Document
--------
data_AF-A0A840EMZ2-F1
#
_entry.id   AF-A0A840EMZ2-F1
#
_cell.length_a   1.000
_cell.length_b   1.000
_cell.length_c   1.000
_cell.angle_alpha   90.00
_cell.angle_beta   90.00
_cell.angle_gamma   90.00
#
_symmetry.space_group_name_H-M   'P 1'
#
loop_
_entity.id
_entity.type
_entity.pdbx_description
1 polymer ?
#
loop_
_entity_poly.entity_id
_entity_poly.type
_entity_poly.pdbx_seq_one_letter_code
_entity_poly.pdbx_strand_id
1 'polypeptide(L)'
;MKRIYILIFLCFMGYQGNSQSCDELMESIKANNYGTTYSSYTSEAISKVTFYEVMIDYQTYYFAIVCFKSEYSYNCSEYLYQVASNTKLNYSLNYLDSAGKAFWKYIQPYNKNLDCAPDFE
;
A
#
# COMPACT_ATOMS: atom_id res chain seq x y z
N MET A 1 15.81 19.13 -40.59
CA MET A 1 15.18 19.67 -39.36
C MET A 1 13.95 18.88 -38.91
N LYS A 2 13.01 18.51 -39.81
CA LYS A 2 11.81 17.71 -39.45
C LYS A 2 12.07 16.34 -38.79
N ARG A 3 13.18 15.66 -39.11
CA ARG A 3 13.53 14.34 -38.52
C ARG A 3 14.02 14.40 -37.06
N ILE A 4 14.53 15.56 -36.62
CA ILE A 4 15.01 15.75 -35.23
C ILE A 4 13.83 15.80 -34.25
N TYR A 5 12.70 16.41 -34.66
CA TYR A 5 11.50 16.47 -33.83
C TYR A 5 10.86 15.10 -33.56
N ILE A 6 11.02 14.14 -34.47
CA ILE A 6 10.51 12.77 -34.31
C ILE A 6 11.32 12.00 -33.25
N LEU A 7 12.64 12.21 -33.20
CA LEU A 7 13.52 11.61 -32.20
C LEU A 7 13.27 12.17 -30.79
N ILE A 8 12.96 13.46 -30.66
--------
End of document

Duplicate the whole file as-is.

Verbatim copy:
data_AF-A0A840EMZ2-F1
#
_entry.id   AF-A0A840EMZ2-F1
#
_cell.length_a   1.000
_cell.length_b   1.000
_cell.length_c   1.000
_cell.angle_alpha   90.00
_cell.angle_beta   90.00
_cell.angle_gamma   90.00
#
_symmetry.space_group_name_H-M   'P 1'
#
loop_
_entity.id
_entity.type
_entity.pdbx_description
1 polymer ?
#
loop_
_entity_poly.entity_id
_entity_poly.type
_entity_poly.pdbx_seq_one_letter_code
_entity_poly.pdbx_strand_id
1 'polypeptide(L)'
;MKRIYILIFLCFMGYQGNSQSCDELMESIKANNYGTTYSSYTSEAISKVTFYEVMIDYQTYYFAIVCFKSEYSYNCSEYLYQVASNTKLNYSLNYLDSAGKAFWKYIQPYNKNLDCAPDFE
;
A
#
# COMPACT_ATOMS: atom_id res chain seq x y z
N MET A 1 15.81 19.13 -40.59
CA MET A 1 15.18 19.67 -39.36
C MET A 1 13.95 18.88 -38.91
N LYS A 2 13.01 18.51 -39.81
CA LYS A 2 11.81 17.71 -39.45
C LYS A 2 12.07 16.34 -38.79
N ARG A 3 13.18 15.66 -39.11
CA ARG A 3 13.53 14.34 -38.52
C ARG A 3 14.02 14.40 -37.06
N ILE A 4 14.53 15.56 -36.62
CA ILE A 4 15.01 15.75 -35.23
C ILE A 4 13.83 15.80 -34.25
N TYR A 5 12.70 16.41 -34.66
CA TYR A 5 11.50 16.47 -33.83
C TYR A 5 10.86 15.10 -33.56
N ILE A 6 11.02 14.14 -34.47
CA ILE A 6 10.51 12.77 -34.31
C ILE A 6 11.32 12.00 -33.25
N LEU A 7 12.64 12.21 -33.20
CA LEU A 7 13.52 11.61 -32.20
C LEU A 7 13.27 12.17 -30.79
N ILE A 8 12.96 13.46 -30.66